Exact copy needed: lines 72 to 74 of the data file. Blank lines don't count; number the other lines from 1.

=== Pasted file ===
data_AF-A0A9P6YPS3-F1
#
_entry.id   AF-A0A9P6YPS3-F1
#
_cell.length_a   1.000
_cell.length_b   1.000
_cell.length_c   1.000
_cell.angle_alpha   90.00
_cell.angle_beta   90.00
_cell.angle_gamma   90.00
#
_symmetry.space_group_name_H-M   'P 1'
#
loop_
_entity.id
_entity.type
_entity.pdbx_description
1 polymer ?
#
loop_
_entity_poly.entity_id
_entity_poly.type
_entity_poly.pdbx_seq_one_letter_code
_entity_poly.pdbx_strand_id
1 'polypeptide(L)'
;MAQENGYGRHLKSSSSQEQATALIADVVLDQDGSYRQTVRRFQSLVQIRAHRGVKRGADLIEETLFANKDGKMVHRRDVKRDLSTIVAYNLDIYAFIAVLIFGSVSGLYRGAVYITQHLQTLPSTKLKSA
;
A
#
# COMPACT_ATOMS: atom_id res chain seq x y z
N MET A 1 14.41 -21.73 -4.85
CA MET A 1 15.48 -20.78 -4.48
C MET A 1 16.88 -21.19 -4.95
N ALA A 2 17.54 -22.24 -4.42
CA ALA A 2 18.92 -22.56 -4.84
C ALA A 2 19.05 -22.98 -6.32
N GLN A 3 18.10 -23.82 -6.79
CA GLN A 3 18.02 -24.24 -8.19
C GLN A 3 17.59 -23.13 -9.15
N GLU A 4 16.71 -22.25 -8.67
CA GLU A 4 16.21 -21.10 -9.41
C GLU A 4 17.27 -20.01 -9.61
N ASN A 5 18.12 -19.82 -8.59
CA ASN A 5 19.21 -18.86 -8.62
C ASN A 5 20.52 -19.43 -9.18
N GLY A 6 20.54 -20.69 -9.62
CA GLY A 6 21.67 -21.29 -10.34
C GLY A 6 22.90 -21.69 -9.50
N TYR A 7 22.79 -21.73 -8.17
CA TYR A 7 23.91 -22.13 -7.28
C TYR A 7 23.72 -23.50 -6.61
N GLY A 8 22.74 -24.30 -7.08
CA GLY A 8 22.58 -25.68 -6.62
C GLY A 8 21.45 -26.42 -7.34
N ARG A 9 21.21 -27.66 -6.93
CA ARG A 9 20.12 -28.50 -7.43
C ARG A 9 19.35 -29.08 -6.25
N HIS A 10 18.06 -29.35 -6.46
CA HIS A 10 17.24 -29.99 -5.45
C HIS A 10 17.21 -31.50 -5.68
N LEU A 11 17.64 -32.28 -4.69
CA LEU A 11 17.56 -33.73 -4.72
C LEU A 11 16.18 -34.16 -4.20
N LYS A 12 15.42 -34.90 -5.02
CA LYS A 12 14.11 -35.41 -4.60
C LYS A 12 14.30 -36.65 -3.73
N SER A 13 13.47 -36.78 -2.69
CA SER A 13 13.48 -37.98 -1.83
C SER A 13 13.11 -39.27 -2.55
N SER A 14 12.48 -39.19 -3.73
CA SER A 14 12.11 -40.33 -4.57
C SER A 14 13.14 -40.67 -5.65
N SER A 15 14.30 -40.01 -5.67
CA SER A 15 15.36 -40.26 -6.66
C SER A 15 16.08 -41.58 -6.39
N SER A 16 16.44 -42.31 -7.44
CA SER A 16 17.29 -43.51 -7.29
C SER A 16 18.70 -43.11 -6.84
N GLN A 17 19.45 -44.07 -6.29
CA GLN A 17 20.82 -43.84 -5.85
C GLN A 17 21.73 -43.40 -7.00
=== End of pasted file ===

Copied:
C SER A 14 13.14 -40.67 -5.65
N SER A 15 14.30 -40.01 -5.67
CA SER A 15 15.36 -40.26 -6.66